There must have been a time when the view from Cape Phromthep was spectacular. When you could stand on the clifftop, drinking in the last rays of the sun, and feel at one with the beauty of nature. These days it's a good place to go -- if you like lots of people and large car parks. One tourist promotional guide calls it ''Phuket's most stunning vista.'' We suspect those words were written by someone who perhaps hasn't visited the cape for a few decades.
We love the cape still but it provides a warning about the island's many other attractions. Natural beauty has to be preserved. It cannot be ''developed.'' It's true that everyone should have the opportunity to enjoy what nature has to offer. But when the crowds begin to come, it's not always wise to simply build a bigger car park. The pressure of numbers is what will rapidly erode the attractions of Phuket. Hopefully this kind of car park response is not going to be repeated elsewhere on the island . . .
At present, Phuket is in transition from the idyllic remote destination it once must have been to becoming an outer suburb of Rome, Sydney, Moscow and Los Angeles. There is no turning back, so let's just enjoy the ride. To capture a romantic island sunset the way it must have been once at the cape, stop off at the After Beach restaurant or its next door neighbour, the Small View Point, high on the road above Kata Noi. You can sit on a balcony eating seafood and drinking wine. Every year, these wooden platform restaurants keep growing larger . . . and larger. It probably won't be long before someone has an inspired idea: hey, let's build a car park.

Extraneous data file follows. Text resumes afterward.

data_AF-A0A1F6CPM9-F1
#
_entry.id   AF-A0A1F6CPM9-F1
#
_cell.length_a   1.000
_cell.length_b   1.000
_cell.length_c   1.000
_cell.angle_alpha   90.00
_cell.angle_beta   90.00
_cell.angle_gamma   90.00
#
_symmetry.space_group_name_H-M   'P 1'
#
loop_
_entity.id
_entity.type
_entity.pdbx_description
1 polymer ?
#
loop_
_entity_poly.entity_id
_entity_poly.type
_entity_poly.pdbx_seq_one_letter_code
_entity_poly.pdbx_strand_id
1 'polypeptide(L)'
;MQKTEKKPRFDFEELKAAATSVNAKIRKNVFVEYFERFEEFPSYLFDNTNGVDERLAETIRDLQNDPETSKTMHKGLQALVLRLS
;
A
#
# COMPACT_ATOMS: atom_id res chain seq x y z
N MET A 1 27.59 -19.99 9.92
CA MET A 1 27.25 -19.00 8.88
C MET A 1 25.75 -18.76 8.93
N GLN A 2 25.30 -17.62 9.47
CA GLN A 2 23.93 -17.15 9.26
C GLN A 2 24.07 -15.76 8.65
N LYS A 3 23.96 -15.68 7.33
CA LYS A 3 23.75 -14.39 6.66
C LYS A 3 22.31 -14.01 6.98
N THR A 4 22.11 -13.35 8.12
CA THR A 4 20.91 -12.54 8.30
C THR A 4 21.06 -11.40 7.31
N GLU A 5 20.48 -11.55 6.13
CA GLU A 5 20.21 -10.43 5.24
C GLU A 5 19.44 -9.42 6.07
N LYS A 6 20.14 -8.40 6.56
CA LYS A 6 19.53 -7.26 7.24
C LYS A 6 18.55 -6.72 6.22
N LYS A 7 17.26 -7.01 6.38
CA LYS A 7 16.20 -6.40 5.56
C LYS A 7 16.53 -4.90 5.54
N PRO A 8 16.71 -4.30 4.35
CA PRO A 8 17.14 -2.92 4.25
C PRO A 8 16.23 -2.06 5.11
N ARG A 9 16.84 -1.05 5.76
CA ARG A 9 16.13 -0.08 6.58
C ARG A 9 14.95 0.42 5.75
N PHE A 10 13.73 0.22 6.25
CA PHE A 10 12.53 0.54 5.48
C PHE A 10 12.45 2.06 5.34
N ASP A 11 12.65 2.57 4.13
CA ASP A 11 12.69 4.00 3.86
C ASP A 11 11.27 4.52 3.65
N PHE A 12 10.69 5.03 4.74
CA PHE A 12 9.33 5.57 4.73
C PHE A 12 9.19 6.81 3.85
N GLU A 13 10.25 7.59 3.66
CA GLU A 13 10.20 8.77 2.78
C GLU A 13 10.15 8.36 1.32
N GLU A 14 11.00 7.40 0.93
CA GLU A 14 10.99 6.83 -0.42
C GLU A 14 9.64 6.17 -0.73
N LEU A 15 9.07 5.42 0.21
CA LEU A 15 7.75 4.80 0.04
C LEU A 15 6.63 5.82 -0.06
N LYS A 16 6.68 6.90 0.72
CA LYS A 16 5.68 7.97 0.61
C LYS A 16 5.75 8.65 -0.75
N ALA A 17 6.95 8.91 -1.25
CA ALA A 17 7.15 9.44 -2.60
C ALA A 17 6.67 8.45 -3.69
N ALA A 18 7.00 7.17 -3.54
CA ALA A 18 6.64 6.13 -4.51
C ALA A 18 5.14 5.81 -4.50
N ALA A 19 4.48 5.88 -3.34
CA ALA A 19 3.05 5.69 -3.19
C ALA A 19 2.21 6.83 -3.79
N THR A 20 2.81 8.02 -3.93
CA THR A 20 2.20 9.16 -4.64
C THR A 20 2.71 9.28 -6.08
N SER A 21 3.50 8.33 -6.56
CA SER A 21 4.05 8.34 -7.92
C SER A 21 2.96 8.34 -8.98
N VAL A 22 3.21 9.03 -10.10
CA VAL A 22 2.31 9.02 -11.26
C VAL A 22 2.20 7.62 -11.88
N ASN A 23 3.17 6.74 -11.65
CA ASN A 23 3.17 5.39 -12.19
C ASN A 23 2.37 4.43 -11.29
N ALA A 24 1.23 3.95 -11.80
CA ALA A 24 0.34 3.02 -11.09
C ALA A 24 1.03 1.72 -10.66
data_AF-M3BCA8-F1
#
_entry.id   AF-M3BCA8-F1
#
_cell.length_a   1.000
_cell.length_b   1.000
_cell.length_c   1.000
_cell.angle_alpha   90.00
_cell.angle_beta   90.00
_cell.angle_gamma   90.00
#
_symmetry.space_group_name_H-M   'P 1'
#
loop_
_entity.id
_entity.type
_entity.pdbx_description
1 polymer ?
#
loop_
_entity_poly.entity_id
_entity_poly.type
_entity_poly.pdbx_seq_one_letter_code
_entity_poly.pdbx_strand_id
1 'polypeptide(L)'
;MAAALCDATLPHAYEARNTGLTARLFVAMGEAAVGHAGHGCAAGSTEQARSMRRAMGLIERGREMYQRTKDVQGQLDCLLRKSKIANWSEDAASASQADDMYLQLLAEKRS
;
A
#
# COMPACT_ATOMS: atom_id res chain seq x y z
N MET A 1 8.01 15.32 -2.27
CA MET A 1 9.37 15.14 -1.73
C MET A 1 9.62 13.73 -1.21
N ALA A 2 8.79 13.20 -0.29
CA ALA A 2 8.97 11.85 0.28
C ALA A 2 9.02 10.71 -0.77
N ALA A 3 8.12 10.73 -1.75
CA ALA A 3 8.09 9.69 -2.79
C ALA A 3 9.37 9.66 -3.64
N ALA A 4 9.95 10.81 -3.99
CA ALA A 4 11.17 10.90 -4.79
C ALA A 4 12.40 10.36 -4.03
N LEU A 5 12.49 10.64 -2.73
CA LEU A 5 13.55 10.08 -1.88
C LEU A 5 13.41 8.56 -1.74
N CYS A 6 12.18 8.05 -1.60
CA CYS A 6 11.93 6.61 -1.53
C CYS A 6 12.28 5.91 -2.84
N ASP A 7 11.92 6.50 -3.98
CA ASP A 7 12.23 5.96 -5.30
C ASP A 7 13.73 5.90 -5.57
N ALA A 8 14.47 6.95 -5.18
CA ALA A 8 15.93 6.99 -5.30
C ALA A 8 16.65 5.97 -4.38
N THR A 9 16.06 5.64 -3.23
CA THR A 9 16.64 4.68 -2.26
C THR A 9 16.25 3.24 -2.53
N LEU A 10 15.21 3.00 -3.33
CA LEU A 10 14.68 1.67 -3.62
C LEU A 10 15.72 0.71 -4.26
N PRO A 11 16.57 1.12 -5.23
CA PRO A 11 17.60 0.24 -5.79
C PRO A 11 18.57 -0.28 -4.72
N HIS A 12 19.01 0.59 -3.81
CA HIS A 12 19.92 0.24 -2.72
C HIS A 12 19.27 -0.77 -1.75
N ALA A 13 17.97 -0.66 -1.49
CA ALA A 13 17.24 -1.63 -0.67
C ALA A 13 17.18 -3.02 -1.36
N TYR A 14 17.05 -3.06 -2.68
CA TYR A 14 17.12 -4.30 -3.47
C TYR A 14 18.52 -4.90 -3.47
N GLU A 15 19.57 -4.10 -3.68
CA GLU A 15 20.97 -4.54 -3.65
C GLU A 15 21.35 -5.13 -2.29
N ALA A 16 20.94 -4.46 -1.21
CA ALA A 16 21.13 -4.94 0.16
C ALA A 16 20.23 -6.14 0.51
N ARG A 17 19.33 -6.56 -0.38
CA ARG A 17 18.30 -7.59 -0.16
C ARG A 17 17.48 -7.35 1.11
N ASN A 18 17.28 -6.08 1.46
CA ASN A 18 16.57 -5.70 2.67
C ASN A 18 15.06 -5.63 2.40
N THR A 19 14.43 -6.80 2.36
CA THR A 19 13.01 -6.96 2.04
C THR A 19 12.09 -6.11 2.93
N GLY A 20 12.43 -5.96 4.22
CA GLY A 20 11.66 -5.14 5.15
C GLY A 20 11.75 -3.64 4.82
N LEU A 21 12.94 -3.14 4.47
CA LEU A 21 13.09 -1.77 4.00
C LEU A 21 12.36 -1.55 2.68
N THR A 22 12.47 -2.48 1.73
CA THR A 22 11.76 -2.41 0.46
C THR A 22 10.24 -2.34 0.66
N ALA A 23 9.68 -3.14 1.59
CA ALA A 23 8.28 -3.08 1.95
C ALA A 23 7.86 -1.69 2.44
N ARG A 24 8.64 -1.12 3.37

20. The Vegetarian Festival
As a friend once said: ''You think Phuket people are normal, everyday people . . . then along comes the Vegetarian Festival.'' At first sight, the daily parades of impaled warriors through the streets of Phuket's towns and villages are confronting and sometimes hard to stomach. The concept of fervent Taoists sticking sharp metal rods and other objects through their cheeks takes a little time to have any appeal.
Giving up meat, alcohol and sex for a nine-day stretch once a year is not such a bad idea. The pierced Mah Song warriors are continuing traditions that go back to ancient China, but no longer survive there in the same way. These men and women, temporarily possessed by spirits, are taking the pain of the world for the rest of us. Beneath the firecrackers and the hypnotic attractions of the parades, there's a deeper religious significance and even a compelling philosophy that sometimes seem out of place. That's because Phuket has changed, while the Vegetarian Festival remains the same. The parades are a photographer's delight. Why not dress in white and join in? Once the festival is over, life returns to normal, until the following October.